Gabriel Boy is the managing partner of Fresh Ink Signs + Graphics (Orlando, FL).
You haven’t been in the sign business for that long. What prompted you to join the industry?
I came from wireless [phones]. I was a GM of a store for about five years, then ended up becoming a district manager and did that for a while. I always wanted to run my own business. My cousin was the owner of [Fresh Ink Signs + Graphics], but needed somebody to run it. They gave me the opportunity to become a partner if I was able to increase the business. I learned it from scratch. I’ve been doing it for three years. I was coming from outside-in, but I had over 10 years of sales experience. I used to manage over 100 employees. I understood how things worked in the business world; I just never received the opportunity to do it. I kind of fell into it.
What’s surprised you the most about being in the sign industry?
The customer service aspect. The constant feedback I always get is, ‘Man, you’re so different. You’re actually nice and professional.’ I’ve been in sales for so long – you have to relate to people. If you can’t relate to people, you can’t sell. People are human; they’re not robots. We landed more and more accounts just by being nice and by doing a good job.
You mentioned you haven’t had to furlough anyone during the pandemic. What has changed?
We had to adapt with the work-from-home strategy. I have a five-month-old, so I have to be smart on limiting contact with people. Our designer is working from home. The month of April, we had a lot of clients that leaned on design and rebranding. It worked in our favor; I was the only one working in the shop for the whole month. And then the person who produces the signs would come in as needed. We had to pivot, but it worked.
So when you were the only one in the shop, were you doing fabrication or install work?
Yeah. We had to wear different hats. I leaned on my production knowledge that I learned over the past three years. I was producing the graphics– not from a digital standpoint with everything being pre-done by our designer – but I would have to make sure production would flow, so printing, laminating and assembling the signs.
Who were your go-to services or clients prior to the pandemic, and how have things changed?
We leaned into the restaurant industry a lot. It shifted really quickly. We do a lot of work for a company that has multiple brands under it, and that company basically went dormant. They have multiple restaurant brands. And they were, shoot, at least 10% of the business that was coming in, so we lost a lot of that. A lot of people were stalling on paying, too. We leaned into the construction industry because they were essential and they needed signage. We printed a lot of COVID-19 signage. We printed a lot of signs for job sites, stickers – anything that you can think of, we were printing it.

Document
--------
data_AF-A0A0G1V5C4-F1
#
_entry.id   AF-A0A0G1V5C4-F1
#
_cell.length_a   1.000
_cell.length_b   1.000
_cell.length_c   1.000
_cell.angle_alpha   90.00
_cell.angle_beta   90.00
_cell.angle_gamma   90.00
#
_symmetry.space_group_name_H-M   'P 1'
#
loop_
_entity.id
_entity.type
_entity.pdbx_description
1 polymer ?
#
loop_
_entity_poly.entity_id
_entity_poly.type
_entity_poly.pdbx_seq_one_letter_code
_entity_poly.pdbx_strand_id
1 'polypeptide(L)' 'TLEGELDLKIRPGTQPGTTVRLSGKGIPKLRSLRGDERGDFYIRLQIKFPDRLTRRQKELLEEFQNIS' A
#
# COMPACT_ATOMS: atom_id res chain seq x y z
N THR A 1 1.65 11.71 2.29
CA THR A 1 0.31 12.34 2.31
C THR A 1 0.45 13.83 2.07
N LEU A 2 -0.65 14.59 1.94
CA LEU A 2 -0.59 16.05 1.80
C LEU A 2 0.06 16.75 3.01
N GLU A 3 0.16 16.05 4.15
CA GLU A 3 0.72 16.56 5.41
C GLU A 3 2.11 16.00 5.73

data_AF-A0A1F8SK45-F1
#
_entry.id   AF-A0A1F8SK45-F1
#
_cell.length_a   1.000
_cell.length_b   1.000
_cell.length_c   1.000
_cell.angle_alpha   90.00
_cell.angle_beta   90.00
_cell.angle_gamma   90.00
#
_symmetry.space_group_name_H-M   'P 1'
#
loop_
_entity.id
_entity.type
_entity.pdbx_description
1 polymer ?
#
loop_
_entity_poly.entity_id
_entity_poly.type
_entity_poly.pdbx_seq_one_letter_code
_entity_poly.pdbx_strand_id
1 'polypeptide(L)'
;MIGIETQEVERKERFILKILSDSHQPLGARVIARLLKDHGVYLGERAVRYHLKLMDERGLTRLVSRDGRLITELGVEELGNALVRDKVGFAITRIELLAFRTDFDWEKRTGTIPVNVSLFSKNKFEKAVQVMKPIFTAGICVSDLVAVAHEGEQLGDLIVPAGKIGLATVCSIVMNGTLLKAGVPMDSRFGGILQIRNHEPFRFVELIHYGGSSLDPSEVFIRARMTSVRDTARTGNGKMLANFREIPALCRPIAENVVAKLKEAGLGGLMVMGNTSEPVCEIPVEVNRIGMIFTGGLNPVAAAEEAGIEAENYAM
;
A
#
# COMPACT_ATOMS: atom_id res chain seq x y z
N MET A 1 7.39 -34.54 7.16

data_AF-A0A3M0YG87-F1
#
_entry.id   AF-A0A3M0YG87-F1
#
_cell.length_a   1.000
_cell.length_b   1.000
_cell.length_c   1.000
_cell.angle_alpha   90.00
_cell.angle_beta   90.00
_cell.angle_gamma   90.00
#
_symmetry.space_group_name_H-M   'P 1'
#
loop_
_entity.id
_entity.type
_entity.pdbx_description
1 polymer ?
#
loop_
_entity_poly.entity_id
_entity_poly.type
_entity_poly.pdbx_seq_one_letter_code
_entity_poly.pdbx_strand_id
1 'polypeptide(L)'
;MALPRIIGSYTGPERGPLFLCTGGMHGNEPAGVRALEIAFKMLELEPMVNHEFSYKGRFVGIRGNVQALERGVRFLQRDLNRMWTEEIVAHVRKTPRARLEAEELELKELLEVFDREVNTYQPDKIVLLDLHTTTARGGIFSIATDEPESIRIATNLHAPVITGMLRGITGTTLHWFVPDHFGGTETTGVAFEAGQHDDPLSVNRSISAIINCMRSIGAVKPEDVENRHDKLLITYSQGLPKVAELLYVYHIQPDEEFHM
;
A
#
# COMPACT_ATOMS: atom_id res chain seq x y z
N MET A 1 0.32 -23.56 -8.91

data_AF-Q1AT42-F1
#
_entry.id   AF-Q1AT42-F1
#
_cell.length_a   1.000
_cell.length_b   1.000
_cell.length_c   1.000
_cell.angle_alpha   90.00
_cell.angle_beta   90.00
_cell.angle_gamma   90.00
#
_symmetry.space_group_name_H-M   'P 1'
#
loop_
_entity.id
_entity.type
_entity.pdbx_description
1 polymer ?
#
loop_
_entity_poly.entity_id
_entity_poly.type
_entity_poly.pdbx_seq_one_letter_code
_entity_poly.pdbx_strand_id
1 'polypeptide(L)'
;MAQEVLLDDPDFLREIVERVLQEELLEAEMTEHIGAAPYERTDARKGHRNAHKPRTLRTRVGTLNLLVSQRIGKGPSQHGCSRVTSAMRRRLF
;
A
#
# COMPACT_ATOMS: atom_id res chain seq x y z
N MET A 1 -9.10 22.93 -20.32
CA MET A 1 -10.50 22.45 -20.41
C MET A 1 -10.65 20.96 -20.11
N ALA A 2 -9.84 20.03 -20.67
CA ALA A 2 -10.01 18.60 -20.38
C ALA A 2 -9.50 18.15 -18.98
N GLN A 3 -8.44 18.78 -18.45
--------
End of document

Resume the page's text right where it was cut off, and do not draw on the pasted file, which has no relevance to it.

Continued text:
Printing COVID-19 signage, in theory, won’t last forever, so I guess you’ll have to pivot again down the road.
Oh, yeah. One thing I go back to that helps me is that I’m not a normal sign guy. I’ve learned to adapt. When I was in the wireless world – think about how wireless has changed when I started there in ’07 to now – it was constantly evolving and changing, and I think that helped me.
On Fresh Ink’s Instagram, I’ve seen your advertising that the company is ‘more than signs and banners.’ What does the future hold?
We have three facets of the business: design, print, wrap. People are starting to understand that we have a full-time designer and a junior designer, that we can offer free custom illustrations, and offer logo design. On the printing side, we’ve always done business cards, but creating a customer pack … when I first started a lot of new businesses were popping up. They needed business cards, a logo, some type of flyer, they needed signage on their vehicles, and that’s the four-step process I always talk about with a client. I’m like, ‘This is what you need, and this starter pack will get you going.’ I have a lot of clients rebranding right now; I just got a text today, a client has 15 vehicles that they want to rebrand. A lot of people are using this down time to strategize. Opening the door of designing, printing and wrapping has made it easier for people to understand what we do and how we do it.
This interview has been edited for length and clarity. All photos by Vanessa Boy.